Don’t Count On It!

Enough about Artificial Intelligence already. I promised myself I wouldn’t write about AI again. Then a friend shared a recent experience. She planned to drive her granddaughter from Denver, Colorado to Buffalo, New York and wanted to take in some of the sights along the way. After learning about ChatGPT at the local library, she asked for a route and roadside attractions along I-80. ChatGPT obliged with stops to “provide a mix of natural beauty, historical sites, and cultural experiences, making your journey along I-80 from Denver to Buffalo diverse and enjoyable.” Sounds wonderful, right?

Don’t get me wrong. I think the Bonneville Salt Flats, Salt Lake City’s Temple Square, Wyoming Territorial Prison, and the California Trail Interpretive Center in Elko, Nevada are fascinating and educational. The only problem: all these sights would require a 1,000 mile detour! My favorite attraction was the world’s largest Cheeto in Algona, Iowa, which was a mere four hour excursion off I-80. Other attractions didn’t exist, such as the world’s largest fork in Iowa. On the bright side, ChatGPT didn’t route my friend through Outer Mongolia.

AI developers acknowledge that the software will hallucinate—produce incorrect or fabricated information. So why do these hallucinations matter to us as writers? “Real facts” are important when writing our book. While it seems obvious that non-fiction must be as accurate as possible, fiction readers crave more than only entertainment. They want to come away from our books learning about an era, a career, a technology, or a culture they weren’t familiar with. Fans of police procedural or historical novels are quick to point out that a certain type of pistol only has six, not nine, rounds or buttonholes weren’t widely used prior to the Renaissance.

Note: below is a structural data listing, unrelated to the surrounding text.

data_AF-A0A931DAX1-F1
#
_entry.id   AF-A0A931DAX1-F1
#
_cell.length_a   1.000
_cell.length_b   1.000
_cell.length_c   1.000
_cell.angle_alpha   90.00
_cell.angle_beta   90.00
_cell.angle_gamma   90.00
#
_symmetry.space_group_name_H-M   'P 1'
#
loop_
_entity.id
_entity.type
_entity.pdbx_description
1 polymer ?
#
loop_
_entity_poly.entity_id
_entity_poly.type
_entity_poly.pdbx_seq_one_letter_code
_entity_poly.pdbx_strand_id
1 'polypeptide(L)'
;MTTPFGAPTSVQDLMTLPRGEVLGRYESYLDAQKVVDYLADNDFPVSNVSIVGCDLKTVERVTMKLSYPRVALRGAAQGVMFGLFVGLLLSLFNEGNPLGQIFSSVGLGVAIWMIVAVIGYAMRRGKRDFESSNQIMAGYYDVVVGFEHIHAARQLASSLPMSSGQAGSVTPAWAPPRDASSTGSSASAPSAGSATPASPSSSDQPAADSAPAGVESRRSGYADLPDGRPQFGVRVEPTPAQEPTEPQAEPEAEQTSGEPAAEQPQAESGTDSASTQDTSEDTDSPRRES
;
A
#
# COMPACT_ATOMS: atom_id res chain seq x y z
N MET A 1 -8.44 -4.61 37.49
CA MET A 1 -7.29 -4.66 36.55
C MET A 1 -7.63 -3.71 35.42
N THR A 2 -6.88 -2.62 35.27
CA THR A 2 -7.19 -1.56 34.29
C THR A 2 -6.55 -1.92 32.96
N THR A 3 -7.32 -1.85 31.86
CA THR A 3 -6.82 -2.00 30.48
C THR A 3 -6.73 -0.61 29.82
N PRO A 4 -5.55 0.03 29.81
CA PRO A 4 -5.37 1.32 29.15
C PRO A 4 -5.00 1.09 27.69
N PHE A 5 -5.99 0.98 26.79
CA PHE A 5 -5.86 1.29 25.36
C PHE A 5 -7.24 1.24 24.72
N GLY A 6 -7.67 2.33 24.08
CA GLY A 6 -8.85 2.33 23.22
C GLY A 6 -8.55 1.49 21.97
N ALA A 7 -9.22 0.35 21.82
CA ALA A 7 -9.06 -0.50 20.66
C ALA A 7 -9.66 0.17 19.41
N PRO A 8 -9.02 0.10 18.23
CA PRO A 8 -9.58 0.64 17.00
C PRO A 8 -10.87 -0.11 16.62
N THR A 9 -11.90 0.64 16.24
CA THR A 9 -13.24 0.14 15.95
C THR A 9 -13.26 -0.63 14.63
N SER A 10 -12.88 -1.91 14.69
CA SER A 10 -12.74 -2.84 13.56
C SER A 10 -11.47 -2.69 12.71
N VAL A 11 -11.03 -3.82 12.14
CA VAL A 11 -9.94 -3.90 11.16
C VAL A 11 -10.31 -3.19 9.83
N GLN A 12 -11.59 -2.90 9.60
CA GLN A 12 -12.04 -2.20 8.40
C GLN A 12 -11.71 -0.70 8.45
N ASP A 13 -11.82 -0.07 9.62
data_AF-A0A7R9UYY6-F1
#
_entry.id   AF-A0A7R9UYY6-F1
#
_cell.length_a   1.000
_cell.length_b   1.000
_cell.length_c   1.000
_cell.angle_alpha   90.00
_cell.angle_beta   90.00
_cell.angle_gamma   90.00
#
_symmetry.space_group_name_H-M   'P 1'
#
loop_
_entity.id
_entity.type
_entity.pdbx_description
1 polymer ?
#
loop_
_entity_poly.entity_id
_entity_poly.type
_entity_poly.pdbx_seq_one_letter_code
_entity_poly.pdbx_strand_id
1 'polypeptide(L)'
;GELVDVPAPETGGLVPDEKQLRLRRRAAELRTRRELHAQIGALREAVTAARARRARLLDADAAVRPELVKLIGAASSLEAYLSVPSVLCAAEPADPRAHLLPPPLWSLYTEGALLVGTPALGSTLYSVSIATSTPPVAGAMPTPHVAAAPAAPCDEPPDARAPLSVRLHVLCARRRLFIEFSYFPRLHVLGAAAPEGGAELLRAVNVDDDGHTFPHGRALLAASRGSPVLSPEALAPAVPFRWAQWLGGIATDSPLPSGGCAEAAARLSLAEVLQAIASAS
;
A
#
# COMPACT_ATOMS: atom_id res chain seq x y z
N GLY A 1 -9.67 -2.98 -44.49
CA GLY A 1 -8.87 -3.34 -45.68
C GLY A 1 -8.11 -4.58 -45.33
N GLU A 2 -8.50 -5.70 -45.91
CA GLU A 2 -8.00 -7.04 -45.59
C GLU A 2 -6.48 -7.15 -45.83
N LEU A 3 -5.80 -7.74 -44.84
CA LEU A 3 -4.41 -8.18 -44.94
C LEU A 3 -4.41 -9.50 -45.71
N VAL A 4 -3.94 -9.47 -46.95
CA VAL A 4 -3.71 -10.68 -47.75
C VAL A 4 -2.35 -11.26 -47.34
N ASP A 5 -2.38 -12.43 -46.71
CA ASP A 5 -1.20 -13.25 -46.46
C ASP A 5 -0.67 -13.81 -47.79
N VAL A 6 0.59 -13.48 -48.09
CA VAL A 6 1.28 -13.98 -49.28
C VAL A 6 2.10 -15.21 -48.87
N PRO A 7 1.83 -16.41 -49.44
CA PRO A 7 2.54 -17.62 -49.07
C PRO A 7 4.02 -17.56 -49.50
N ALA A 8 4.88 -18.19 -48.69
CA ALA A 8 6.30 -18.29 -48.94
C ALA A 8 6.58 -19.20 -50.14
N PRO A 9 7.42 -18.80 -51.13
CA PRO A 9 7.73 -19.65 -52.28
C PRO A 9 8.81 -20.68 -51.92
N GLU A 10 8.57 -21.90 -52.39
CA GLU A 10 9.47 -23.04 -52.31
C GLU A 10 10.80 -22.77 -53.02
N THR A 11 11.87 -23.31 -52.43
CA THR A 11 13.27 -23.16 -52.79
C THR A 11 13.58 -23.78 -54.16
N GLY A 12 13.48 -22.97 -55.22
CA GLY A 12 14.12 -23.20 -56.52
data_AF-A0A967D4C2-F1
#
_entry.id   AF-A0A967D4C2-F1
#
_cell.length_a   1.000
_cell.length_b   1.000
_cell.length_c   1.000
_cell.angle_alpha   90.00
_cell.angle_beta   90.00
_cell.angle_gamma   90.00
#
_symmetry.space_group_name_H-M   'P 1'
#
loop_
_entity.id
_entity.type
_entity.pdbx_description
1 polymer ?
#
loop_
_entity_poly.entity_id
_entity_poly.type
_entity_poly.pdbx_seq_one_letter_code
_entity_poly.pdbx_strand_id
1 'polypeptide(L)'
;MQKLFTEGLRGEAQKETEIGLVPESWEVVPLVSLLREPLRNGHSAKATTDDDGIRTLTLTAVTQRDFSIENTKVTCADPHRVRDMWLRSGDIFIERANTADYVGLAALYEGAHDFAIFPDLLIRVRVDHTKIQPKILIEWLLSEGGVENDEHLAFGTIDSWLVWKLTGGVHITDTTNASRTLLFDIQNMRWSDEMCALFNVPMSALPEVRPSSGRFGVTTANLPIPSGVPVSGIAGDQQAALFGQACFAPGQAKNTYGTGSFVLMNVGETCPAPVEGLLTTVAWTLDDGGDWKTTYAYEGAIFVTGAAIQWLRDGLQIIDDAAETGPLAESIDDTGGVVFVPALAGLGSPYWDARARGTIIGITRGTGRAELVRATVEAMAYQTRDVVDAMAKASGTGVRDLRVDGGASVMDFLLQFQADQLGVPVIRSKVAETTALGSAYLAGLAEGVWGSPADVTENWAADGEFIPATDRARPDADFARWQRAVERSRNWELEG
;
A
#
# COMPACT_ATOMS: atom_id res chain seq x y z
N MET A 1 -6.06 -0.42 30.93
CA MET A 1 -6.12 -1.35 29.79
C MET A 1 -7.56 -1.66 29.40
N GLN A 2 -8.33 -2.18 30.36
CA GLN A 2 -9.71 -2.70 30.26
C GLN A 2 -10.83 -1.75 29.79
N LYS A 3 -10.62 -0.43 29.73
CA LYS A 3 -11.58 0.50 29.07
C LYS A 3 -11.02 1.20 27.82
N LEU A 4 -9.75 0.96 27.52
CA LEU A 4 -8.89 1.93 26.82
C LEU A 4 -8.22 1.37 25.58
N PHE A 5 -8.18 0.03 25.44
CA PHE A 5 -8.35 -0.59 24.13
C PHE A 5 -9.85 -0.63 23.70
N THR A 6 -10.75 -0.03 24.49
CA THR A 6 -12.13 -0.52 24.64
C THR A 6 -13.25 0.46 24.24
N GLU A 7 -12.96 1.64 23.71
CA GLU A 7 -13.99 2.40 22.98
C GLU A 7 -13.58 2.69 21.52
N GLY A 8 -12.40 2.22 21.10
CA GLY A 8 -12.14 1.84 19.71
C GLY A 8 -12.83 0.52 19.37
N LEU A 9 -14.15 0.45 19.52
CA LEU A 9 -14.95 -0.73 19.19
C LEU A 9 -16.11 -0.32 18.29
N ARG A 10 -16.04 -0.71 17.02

My friend isn’t alone in getting bad advice from ChatGPT. Ask the lawyers who were sanctioned for submitting AI generated briefs citing nonexistent cases. Or the scientific journal that issued a retraction for an article filled with nonsense illustrations.

My advice: if you use AI, don’t count on the results without independent verification. That’s the safer route my friend took.

6 replies
  1. Lois Winston
    Lois Winston says:

    Great advice, Brooke! Many years ago, I railed against Wikipedia when it first became a thing. Anyone could post information. Too many authors were relying solely on Wikipedia for their research, much of it turning out to be wrong. Wikipedia has come a long way, and it’s much more accurate now but still not perfect. The same is true for Google maps. It’s rife with inaccuracies, and it’s easy to tell when an author has relied on it for her only research of an area she’s never traveled to. AI is in its infancy, and we’d all do well to stay away from it until the growing pains are worked out.

  2. Debra H. Goldstein
    Debra H. Goldstein says:

    So much for the “direct” route. Perhaps better word parameters were needed to avoid miles and miles of detours. I’m with camp that says use A1 within its limits, but verify!

  3. Gianetta Murray
    Gianetta Murray says:

    We were taught in high school to always get a minimum of two sources of information. All the schools in the county held an annual trivia hunt where you had to provide two sources for every answer. This is a basic skill that we seem to have lost in the age of information, when we need it most to deal with all the misinformation swirling around us. It all starts with education. It always has.

  4. Donnell Ann Bell
    Donnell Ann Bell says:

    Two rules is a good rule of thumb for most. That was true of journalism as far as crediting sources. Now with anonymous sources the norm, I dislike that thinking. Such a wonderful post, Brooke. I want to write my own books and research from experts and trusted sources. Have I gotten things wrong in fiction? I have. All these companies racing to be ahead of the curve be damned. AI should come with a warning: information not back checked or certifiable. USE AT YOUR OWN RiSK

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